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case before the Court.
Duke. You are welcome : take your place.
quainted, &c., do
you know the Which is the merchant here, and which the Jew ? particulars and
Duke. Antonio and o!d Shylock, both stand forth. the nature of the
Shylock is my name. 115 Por. (to Ant.) You stand within his danger,* do Within his dans
ger, in his power
as a captive.
Do you confess * the bond ? Confess, acknow.
ledge or own it.
Twice blest, it has
a double blessing. It blesses him that gives, and him that takes. 125 'Tis mightiest in the mightiest : it becomes
The throned monarch better than his crown.
Seasons, tempers, And earthly pow'r doth then show* likest God's 130 When mercy seasons* justice. Therefore, Jew, Render, to give or
My deeds, &c.,
bear the respon
which may serve To equity.* 'Tis worth a little wrong
as an example or 140 To curb this cruel savage of his will.
rule in the future. Por. It must not be. There is no power in Daniel, the pro;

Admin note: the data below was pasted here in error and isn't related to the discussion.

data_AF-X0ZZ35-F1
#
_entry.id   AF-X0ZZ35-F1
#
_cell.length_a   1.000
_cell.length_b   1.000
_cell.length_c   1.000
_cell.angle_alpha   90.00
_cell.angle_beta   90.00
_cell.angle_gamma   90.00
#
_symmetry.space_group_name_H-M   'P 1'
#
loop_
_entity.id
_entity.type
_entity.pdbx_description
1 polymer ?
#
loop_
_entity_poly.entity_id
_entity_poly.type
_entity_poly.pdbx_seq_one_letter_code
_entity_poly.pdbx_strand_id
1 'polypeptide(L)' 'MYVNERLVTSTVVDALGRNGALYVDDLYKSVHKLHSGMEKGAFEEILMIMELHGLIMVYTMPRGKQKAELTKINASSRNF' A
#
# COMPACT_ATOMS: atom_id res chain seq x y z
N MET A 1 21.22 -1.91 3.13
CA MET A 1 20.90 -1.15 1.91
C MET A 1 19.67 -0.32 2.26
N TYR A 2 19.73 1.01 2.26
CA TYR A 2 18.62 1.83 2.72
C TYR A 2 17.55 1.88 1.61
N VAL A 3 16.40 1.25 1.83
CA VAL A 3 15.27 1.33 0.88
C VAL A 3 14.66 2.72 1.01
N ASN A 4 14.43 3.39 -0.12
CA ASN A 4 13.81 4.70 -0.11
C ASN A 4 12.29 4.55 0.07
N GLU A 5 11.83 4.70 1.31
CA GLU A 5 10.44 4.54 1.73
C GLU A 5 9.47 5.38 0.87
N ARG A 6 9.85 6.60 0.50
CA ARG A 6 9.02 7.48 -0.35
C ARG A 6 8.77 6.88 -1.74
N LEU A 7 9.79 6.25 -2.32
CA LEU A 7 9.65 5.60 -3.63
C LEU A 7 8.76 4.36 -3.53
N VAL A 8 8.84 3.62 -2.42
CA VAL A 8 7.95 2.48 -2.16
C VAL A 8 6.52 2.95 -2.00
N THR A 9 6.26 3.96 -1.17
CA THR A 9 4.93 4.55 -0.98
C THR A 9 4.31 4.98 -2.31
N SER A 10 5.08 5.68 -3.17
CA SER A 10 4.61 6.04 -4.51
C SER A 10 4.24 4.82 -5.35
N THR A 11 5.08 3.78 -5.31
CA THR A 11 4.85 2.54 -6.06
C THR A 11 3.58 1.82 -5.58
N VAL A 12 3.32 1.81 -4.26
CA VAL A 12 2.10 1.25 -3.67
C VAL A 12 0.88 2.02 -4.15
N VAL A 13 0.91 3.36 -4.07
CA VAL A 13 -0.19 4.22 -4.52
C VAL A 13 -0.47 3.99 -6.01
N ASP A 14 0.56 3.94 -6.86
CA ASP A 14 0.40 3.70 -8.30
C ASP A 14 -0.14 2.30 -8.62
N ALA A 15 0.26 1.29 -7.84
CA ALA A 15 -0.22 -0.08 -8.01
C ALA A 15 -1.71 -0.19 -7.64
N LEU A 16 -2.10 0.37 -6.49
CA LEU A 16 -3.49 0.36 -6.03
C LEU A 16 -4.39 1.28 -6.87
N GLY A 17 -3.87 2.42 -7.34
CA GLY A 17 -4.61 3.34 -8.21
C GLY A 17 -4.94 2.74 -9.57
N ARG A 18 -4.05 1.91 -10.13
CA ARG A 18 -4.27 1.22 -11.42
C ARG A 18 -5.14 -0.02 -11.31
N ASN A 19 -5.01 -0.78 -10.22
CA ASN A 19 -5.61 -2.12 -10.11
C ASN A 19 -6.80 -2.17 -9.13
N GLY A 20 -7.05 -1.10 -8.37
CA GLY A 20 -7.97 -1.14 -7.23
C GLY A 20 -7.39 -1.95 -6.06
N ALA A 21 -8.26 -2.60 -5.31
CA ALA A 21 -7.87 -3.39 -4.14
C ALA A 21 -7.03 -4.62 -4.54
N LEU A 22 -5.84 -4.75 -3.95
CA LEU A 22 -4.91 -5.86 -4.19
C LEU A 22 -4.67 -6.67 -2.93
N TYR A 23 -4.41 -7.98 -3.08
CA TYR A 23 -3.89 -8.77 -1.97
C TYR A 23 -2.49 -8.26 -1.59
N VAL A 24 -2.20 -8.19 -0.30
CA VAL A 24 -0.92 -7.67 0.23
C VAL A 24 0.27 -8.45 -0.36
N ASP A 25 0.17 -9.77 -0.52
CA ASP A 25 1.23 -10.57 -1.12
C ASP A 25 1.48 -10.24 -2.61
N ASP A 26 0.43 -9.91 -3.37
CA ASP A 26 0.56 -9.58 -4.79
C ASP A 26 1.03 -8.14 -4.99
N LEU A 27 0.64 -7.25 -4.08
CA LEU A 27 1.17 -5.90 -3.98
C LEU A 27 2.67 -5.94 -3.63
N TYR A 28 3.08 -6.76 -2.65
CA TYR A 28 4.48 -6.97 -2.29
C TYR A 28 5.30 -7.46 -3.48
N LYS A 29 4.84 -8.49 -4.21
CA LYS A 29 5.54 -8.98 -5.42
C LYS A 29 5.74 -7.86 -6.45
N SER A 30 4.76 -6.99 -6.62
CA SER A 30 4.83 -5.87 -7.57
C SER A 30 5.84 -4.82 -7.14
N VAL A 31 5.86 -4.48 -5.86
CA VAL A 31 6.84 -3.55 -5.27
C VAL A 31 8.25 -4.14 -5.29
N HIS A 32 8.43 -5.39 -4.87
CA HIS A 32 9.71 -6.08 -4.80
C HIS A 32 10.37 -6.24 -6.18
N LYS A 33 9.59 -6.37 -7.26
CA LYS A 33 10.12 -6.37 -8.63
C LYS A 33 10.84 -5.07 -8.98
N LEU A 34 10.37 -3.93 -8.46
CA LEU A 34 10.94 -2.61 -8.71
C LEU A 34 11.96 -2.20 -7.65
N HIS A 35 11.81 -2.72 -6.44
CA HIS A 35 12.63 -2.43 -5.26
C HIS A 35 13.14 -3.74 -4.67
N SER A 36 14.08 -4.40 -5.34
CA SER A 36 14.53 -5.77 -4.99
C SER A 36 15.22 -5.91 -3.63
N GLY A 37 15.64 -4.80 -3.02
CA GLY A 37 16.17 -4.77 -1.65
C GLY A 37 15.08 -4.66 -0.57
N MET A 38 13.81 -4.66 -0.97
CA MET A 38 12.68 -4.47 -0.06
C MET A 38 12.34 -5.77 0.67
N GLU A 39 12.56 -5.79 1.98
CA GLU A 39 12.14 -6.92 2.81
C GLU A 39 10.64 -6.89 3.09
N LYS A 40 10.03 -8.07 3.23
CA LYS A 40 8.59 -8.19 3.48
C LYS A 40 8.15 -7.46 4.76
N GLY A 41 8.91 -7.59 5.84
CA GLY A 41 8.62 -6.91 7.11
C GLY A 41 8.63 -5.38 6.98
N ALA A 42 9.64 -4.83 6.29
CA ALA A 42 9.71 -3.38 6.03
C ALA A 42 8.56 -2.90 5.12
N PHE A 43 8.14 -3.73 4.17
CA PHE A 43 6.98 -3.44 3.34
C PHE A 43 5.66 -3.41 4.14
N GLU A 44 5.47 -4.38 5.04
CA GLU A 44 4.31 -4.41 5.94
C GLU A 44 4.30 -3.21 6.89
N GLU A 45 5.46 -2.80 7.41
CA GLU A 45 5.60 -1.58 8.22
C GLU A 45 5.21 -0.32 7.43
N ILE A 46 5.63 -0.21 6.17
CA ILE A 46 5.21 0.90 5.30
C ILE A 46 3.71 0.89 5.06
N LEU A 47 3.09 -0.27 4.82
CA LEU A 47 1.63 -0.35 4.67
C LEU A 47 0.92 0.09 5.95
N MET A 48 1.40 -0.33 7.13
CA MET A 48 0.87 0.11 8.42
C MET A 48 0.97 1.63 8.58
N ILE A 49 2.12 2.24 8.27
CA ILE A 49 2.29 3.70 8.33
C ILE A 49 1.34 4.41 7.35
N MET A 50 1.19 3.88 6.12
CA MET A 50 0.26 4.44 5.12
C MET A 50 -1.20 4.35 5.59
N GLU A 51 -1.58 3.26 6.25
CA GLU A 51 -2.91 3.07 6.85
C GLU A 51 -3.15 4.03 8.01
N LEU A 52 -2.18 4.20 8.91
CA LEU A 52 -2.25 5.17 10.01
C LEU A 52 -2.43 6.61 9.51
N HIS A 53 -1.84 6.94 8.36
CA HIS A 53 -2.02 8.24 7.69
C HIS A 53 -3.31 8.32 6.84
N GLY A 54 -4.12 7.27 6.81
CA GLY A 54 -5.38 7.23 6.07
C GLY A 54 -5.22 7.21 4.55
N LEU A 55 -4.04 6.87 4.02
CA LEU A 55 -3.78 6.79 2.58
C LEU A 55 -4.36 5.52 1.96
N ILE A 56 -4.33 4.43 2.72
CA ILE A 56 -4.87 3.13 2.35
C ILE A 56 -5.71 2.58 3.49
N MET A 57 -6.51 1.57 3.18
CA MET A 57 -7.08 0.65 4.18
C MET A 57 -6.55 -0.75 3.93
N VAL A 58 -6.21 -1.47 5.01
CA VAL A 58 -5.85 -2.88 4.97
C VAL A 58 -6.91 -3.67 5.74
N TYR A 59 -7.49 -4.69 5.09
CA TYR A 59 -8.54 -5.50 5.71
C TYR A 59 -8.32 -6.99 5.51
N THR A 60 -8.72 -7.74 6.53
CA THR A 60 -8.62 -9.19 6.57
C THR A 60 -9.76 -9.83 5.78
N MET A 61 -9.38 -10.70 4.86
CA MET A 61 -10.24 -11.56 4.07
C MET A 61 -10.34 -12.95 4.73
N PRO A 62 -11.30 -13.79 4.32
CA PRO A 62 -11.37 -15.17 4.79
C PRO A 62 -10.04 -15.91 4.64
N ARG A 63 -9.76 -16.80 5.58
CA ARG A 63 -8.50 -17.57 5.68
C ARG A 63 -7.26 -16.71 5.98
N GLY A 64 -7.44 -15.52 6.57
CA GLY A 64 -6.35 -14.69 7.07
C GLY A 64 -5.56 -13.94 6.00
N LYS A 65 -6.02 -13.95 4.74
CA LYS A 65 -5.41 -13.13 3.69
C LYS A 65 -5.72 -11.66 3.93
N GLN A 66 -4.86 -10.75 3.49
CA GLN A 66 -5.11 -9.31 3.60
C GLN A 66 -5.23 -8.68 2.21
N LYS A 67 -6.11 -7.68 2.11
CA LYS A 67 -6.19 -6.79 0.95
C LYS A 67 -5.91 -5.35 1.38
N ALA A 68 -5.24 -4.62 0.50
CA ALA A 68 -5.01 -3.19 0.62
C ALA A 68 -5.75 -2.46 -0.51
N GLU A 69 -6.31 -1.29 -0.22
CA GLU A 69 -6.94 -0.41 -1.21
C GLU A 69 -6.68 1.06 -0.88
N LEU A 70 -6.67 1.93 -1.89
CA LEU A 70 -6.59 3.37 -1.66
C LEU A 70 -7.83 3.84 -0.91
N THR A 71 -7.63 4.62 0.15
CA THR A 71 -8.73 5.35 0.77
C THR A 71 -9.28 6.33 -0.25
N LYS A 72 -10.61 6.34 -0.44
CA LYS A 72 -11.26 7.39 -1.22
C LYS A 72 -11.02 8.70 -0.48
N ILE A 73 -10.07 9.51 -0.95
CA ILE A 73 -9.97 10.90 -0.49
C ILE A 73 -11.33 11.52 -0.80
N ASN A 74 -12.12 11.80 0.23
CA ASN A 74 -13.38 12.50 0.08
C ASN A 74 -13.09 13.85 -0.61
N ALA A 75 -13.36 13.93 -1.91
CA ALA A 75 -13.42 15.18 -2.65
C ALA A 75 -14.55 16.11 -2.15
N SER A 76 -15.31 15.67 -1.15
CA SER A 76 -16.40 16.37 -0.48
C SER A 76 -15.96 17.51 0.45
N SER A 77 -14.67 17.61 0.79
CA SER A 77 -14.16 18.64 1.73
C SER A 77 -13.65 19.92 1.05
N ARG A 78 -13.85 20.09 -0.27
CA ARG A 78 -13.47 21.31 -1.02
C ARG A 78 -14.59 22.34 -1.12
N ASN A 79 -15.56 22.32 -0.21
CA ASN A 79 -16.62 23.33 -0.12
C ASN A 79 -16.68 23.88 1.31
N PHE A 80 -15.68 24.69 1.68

phet mentioned Venice Can alter a decree established :
ment, who was 'Twill be recorded as a precedent, *
preventing And many an error by the same example
carrying out of
an unjust sen145 Will rush into the state. It cannot be.
Shy. A Daniel * come to judgment! yea, a Daniel ! chaste Susannah. O wise young judge, how do I honour thee !
compliment Por. I pray you, let me look upon the bond.
intended by Shy. Shy. Here 'tis, most reverend doctor ; here it is. lock in compar150 Por. Shylock, there's thrice thy money offer'd ing
he determines to
in the Old Testa
the violation of an oath.
tion in this affair.
Shy. An oath, an oath! I have an oath in
Why, this bond is forfeit,